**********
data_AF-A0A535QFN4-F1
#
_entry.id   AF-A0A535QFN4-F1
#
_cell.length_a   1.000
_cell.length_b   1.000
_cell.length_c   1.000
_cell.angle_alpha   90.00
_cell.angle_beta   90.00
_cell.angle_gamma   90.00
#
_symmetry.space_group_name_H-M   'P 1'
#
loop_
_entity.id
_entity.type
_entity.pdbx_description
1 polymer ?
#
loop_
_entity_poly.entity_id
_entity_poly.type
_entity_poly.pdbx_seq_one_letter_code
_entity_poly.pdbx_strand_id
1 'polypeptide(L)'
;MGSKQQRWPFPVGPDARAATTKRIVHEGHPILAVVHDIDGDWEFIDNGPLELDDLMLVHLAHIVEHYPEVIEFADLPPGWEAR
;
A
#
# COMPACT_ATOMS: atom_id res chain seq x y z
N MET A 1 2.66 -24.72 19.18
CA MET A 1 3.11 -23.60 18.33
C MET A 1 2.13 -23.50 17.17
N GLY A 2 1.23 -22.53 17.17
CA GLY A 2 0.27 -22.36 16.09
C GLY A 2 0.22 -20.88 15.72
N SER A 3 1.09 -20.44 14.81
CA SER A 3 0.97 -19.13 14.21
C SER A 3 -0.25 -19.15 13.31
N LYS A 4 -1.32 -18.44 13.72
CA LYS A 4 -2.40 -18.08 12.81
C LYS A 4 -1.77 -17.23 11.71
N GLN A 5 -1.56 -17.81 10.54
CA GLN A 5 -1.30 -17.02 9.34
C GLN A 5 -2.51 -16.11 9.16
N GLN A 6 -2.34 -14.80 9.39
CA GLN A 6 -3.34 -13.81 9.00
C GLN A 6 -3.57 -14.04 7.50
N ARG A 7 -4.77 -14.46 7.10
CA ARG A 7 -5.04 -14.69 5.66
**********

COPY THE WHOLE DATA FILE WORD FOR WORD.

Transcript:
data_AF-A0A535QFN4-F1
#
_entry.id   AF-A0A535QFN4-F1
#
_cell.length_a   1.000
_cell.length_b   1.000
_cell.length_c   1.000
_cell.angle_alpha   90.00
_cell.angle_beta   90.00
_cell.angle_gamma   90.00
#
_symmetry.space_group_name_H-M   'P 1'
#
loop_
_entity.id
_entity.type
_entity.pdbx_description
1 polymer ?
#
loop_
_entity_poly.entity_id
_entity_poly.type
_entity_poly.pdbx_seq_one_letter_code
_entity_poly.pdbx_strand_id
1 'polypeptide(L)'
;MGSKQQRWPFPVGPDARAATTKRIVHEGHPILAVVHDIDGDWEFIDNGPLELDDLMLVHLAHIVEHYPEVIEFADLPPGWEAR
;
A
#
# COMPACT_ATOMS: atom_id res chain seq x y z
N MET A 1 2.66 -24.72 19.18
CA MET A 1 3.11 -23.60 18.33
C MET A 1 2.13 -23.50 17.17
N GLY A 2 1.23 -22.53 17.17
CA GLY A 2 0.27 -22.36 16.09
C GLY A 2 0.22 -20.88 15.72
N SER A 3 1.09 -20.44 14.81
CA SER A 3 0.97 -19.13 14.21
C SER A 3 -0.25 -19.15 13.31
N LYS A 4 -1.32 -18.44 13.72
CA LYS A 4 -2.40 -18.08 12.81
C LYS A 4 -1.77 -17.23 11.71
N GLN A 5 -1.56 -17.81 10.54
CA GLN A 5 -1.30 -17.02 9.34
C GLN A 5 -2.51 -16.11 9.16
N GLN A 6 -2.34 -14.80 9.39
CA GLN A 6 -3.34 -13.81 9.00
C GLN A 6 -3.57 -14.04 7.50
N ARG A 7 -4.77 -14.46 7.10
CA ARG A 7 -5.04 -14.69 5.66